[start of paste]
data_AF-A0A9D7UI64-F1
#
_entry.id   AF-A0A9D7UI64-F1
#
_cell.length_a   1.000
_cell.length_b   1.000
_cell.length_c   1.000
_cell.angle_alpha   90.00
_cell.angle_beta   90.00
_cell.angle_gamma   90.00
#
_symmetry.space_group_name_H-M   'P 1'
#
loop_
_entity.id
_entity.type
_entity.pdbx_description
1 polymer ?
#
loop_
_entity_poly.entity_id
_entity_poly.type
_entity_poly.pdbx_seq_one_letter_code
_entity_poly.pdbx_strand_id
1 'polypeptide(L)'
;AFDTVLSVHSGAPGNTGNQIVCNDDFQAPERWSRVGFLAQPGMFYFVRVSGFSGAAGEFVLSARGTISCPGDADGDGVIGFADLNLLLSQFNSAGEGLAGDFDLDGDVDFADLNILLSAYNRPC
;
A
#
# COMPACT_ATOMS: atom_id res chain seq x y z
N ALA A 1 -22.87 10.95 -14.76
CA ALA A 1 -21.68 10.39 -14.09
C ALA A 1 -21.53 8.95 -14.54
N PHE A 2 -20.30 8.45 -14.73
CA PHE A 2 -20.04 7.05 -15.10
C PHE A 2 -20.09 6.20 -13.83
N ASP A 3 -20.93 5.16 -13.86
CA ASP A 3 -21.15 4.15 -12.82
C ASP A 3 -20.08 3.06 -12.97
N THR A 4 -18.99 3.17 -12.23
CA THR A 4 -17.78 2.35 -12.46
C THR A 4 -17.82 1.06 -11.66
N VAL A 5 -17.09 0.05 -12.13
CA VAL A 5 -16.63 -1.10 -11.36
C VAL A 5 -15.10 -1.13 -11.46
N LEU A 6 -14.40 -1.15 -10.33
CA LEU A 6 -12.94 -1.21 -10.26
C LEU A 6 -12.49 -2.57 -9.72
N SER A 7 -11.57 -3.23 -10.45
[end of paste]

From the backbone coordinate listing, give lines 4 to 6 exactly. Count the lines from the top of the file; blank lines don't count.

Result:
#
_cell.length_a   1.000
_cell.length_b   1.000